Fat Bike BMX is invented.

Fit drama aside, I'd already decided when I ordered it that I would use this last, long, free weekend before 'cross as a chance to test my fat biking limits. After all, I can't really return the thing at this point, so I might as well ride it for a while and try to make it work. I've been doubting my ability to actually ride the long gravel climbs of Rothrock on a heavy bike when they're covered in snow, so I decided the best way to alleviate this fear was to prove that I could at least ride them without snow.

So yesterday Frank and I headed out on a 35-mile, 4400 feet of climbing ride over gravel and 4x4 road, him on his singlespeed and me on Hellga. Yes, it was uncomfortable as hell, as one would expect riding a fat bike that long would be when you're not used to it, as with just suddenly switching to flat bars for long-distance riding in general. The riding position after my fit felt good for when I was feeling good, but I still felt very cramped in the "sit back and mash" position that I adopt when my quads start to go on long climbs. I think a bit more tweaking will be required.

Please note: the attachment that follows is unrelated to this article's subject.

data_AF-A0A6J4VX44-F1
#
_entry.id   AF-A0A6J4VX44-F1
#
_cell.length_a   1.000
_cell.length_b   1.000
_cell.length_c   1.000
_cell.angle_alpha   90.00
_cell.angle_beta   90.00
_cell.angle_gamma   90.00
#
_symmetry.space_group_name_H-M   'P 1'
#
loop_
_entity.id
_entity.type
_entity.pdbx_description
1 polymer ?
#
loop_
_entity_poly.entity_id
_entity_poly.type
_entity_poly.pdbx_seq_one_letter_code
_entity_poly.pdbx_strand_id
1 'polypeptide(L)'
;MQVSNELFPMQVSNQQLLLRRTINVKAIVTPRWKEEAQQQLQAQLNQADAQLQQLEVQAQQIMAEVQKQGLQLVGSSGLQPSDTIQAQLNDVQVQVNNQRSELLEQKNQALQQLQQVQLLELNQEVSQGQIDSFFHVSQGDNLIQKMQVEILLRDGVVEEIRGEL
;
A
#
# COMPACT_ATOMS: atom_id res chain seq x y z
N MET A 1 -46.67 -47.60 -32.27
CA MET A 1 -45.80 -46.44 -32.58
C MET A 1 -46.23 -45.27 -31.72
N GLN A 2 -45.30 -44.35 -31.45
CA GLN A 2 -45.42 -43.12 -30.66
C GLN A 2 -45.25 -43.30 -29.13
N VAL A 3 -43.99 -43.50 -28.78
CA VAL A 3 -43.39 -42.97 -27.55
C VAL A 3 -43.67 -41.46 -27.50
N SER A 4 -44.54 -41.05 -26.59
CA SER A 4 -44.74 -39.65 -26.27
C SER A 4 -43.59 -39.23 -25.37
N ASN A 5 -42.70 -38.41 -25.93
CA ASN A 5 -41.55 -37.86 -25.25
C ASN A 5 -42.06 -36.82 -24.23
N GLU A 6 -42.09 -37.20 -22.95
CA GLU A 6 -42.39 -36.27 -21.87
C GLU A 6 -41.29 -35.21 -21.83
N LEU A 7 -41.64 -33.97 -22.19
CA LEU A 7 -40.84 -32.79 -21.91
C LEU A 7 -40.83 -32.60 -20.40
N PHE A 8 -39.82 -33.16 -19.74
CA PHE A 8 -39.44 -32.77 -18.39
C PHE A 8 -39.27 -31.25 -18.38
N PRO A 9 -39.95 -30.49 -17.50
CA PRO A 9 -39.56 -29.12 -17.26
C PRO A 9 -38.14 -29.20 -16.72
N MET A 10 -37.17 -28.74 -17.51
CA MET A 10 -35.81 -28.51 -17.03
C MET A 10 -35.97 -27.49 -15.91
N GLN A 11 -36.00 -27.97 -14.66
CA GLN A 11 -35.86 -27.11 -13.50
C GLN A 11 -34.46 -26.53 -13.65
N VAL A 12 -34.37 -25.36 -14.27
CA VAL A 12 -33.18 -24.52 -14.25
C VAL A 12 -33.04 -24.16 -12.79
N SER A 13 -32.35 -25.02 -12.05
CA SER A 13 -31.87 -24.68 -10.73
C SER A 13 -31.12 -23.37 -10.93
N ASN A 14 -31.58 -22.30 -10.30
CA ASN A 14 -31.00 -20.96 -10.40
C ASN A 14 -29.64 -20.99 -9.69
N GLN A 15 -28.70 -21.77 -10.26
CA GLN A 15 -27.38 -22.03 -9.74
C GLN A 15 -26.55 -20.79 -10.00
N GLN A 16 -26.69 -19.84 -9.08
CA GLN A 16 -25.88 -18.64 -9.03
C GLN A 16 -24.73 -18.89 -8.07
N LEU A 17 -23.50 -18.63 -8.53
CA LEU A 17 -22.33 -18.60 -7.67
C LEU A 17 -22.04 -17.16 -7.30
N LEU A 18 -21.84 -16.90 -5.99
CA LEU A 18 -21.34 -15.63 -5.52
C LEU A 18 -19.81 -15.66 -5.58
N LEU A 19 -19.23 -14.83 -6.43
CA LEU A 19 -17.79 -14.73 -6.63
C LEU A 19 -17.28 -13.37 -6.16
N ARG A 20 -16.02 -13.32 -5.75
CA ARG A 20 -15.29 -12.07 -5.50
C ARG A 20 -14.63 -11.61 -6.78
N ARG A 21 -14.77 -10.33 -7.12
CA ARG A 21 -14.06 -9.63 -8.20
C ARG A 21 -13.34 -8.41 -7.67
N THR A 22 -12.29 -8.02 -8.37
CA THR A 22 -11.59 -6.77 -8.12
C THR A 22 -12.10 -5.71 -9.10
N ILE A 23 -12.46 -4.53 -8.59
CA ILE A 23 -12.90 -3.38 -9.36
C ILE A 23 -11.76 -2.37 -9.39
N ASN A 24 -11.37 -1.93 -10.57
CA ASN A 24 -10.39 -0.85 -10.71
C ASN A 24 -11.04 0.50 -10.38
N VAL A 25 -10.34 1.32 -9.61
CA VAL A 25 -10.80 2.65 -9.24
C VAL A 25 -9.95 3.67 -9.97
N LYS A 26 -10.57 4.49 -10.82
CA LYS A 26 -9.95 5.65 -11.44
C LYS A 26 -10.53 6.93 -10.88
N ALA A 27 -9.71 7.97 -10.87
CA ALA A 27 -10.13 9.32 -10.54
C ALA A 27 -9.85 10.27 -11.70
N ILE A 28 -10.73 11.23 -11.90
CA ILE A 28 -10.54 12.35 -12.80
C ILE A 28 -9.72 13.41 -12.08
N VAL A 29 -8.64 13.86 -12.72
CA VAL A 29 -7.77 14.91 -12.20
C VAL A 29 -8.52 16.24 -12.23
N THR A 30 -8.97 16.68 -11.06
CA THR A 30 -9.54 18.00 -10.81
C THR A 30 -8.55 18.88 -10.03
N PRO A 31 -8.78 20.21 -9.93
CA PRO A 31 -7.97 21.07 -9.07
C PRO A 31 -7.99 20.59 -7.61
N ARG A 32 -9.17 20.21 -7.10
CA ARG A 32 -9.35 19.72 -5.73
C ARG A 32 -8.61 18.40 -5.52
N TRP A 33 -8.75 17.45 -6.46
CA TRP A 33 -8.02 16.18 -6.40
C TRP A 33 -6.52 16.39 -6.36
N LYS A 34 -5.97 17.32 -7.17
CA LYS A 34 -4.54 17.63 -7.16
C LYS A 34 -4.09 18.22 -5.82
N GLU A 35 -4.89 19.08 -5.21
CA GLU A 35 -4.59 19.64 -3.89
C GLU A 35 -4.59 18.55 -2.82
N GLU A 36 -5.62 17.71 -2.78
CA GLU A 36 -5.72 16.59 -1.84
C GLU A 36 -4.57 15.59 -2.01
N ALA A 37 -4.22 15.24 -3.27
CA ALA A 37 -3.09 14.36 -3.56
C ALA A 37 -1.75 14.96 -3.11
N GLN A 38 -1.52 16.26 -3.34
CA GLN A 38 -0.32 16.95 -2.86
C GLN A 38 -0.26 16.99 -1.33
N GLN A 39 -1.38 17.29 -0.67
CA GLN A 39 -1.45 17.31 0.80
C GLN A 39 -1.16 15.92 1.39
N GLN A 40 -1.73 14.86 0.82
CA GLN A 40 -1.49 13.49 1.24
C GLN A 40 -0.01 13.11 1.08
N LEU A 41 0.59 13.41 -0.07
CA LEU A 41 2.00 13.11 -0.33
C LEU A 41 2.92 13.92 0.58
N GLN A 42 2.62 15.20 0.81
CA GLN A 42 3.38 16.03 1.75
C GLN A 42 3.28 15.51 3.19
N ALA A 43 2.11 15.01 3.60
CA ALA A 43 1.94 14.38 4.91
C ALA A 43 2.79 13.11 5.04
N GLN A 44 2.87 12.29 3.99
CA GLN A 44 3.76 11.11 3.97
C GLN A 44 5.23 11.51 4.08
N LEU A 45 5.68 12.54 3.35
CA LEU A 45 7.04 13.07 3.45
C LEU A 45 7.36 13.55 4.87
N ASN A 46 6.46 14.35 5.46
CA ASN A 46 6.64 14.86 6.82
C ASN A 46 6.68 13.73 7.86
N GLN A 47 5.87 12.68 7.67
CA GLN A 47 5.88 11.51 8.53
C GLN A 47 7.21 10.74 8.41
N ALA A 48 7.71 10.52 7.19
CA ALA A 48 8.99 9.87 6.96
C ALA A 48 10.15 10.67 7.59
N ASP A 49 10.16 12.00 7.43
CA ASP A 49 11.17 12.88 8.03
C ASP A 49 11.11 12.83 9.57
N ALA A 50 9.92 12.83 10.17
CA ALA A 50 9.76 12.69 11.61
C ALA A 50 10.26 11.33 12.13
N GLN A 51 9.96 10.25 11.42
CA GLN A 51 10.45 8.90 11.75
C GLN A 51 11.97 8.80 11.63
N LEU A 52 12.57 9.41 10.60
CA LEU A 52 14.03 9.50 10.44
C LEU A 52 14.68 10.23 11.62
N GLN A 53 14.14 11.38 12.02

In which I #raisehellga for the final time of an extremely difficult ride.

The good news is that I managed to summit a good sampling of Rothrock's toughest climbing without even getting into my small ring, so I have plenty of gearing left for winter. I actually PR'd a 4x4 road climb that is pretty bumpy and was wet and soft when I rode it on my 'cross bike before. I guess smoothness counts more than weight savings sometimes. Even though my body feels like I've been beaten all over today, I'm feeling good about my ability to actually be able get real rides in during the nasty conditions of winter.

Now that we have winter squared away, it'll be time to re-focus on 'cross after the soreness lets up. I got some good news this week in the form of a PACX schedule change which fills in a previous gap weekend and takes away a race that I was going to have to miss anyway. The way that it's working out, it looks like I might be sneaking Iron Cross into my regular 'cross season so that I get a little reward for all of my gravel riding of late. I'm pretty excited for both fall and winter now.